Using "mov DPTR, #data16" in 8051 ASM

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Referring to instruction:

mov DPTR, #data16

I have 2 programs:  test.c and test2.asm.  In test.c I have:

------------------------------------------
const unsigned int code TEST[3] = ;
unsigned int *index;
extern void programcode(void);

void main(void) {

index = &TEST[0];
programcode();

}
------------------------------------------

and in test2.asm I have:

------------------------------------------
EXTRN DATA (index)

programcode:
    mov A, #0
    mov DPTR, #index
    movc A, @A+DPTR
    ret
END
------------------------------------------

Does "mov DPTR, #index" mean "move the value stored in variable named
"index" into DPTR" or does it mean "move the address of variable named
"index" into DPTR"?  I observe the latter, but I want to implement the
former.  Any help would be appreciated.

Re: Using "mov DPTR, #data16" in 8051 ASM
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Assuming index is just one byte, try:
mov  A,index
mov DPL,A
mov A,#0
mov DPH, A



Re: Using "mov DPTR, #data16" in 8051 ASM
If two bytes,

mov  A,index
mov DPL,A
mov A,index+1   ; assuming 8051 is little-endian
mov DPH, A




Re: Using "mov DPTR, #data16" in 8051 ASM

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"mov DPTR, #index" means move the address of variable "index" into dptr.  To
read a byte stored in this variable, you then use "movc a, @a+dptr" if index
is in code space, and "movx a, @dptr" if index is in xdata space.

Karl Olsen



Re: Using "mov DPTR, #data16" in 8051 ASM
Quoted text here. Click to load it




Firstly #index is not a variable, its a number, so the operation simply loads
that number into the DPTR register. Secondly the dptr is a 16 bit reg whereas
"normal" MOV instructions only move 8 bit data, so your operation would only
load half the dptr which I guess is not what you want. I assume you have a
table of values somewhere in ram which means you need to use the dtpr register
to fetch it with the MOVX instruction, you could store them in 2 registers,
then use MOV DPH,Rn and MOV DPL,R(n+1) to load the dptr. Maybe you should
rethink what it is you are trying to achieve.

Re: Using "mov DPTR, #data16" in 8051 ASM
Thank you for all the responses.  I managed to resolve the issue as follows:




mov A, byteindex
mov DPL, ArrayStart+1
mov DPH, ArrayStart
movc A, @A+DPTR;get MSB of timer constant
mov B, A                                        ;save MSB
anl A, #07FH                                ;clear msb
                        cpl A                                                ;complement A
                        mov TMR2RLH, A                            ;load MSB into Timer2 MSB
                        clr A                                                ;zero byte index
                        inc DPTR                                        ;increment table pointer
                        movc A, @A+DPTR                            ;get LSB of constant
                        cpl A                                                ;complement A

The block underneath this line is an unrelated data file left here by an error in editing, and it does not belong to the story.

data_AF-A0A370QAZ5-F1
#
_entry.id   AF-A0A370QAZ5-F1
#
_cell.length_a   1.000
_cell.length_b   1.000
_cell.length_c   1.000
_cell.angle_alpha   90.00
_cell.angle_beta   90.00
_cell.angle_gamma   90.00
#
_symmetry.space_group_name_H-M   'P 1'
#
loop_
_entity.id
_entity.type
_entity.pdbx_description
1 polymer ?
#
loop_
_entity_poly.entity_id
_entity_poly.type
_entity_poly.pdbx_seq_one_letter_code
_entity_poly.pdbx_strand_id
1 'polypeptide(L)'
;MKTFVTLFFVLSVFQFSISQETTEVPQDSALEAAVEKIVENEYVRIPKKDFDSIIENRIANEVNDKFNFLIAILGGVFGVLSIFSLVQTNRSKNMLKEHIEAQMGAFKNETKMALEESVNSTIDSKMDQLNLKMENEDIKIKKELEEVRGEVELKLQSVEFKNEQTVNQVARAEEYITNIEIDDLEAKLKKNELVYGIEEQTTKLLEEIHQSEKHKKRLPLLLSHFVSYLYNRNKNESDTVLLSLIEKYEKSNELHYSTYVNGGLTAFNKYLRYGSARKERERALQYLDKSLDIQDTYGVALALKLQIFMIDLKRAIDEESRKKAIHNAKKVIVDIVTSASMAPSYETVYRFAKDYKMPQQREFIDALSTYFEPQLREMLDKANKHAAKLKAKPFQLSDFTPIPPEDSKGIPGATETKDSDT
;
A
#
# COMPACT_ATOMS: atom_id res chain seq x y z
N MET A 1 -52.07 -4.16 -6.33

mov TMR2RLL, A                            ;load LSB into Timer2 LSB
                        mov A, B

Re: Using "mov DPTR, #data16" in 8051 ASM
Thank you for all the responses (ignore previous incomplete post)!  I
managed to resolve issue as follows:

In C:
-----

const unsigned int code Table[3] = ;
unsigned int code *ArrayStart;
.
.
byteindex = 0;
ArrayStart = Table;
int_isr();
.
.

In ASM:
-------

int_isr:
    mov A, byteindex
    mov DPL, ArrayStart+1   ;load ArrayStart LSB into DPL
    mov DPH, ArrayStart     ;load ArrayStart MSB into DPH
    movc A, @A+DPTR         ;get MSB of Table[0] contents into ACC
(0x2B)
    mov B, A            ;save MSB into B
    clr A
    inc DPTR
    movc A, @A+DPTR         ;get LSB of Table[0] contents into ACC
(0x67)

This seems to work OK.  I guess when one loads DPTR with an integer
variable, it loads the address of the variable into DPTR.  But if one
loads DPL and DPH individually with an integer variable, the
variable's value itself (not its address) is loaded, MSB then LSB,
into DPTR.

Thanks & Regards
Jack

Re: Using "mov DPTR, #data16" in 8051 ASM

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First of all, you should never, repeat: *NEVER*, resort to guessing
what a piece of assembly code actually does.  If you have to guess, it
means you don't truly understand what your program is doing, and it
may mean that you're simply not up to writing that particular routine
in assembly.

Second, no, the difference is not between loading bytes and 16-bit
quantities.  It's between assembly operands that have a leading '#',
and those that don't.

    mov dptr, #number

is effectively the same as

    mov DPL, #BYTE0(number)
    mov DPH, #BYTE1(number)    

(assuming Keil A51 syntax), which is quite different from

    mov DPL, BYTE0(number)
    mov DPH, BYTE1(number)

--
Hans-Bernhard Broeker ( snipped-for-privacy@physik.rwth-aachen.de)
Even if all the snow were burnt, ashes would remain.

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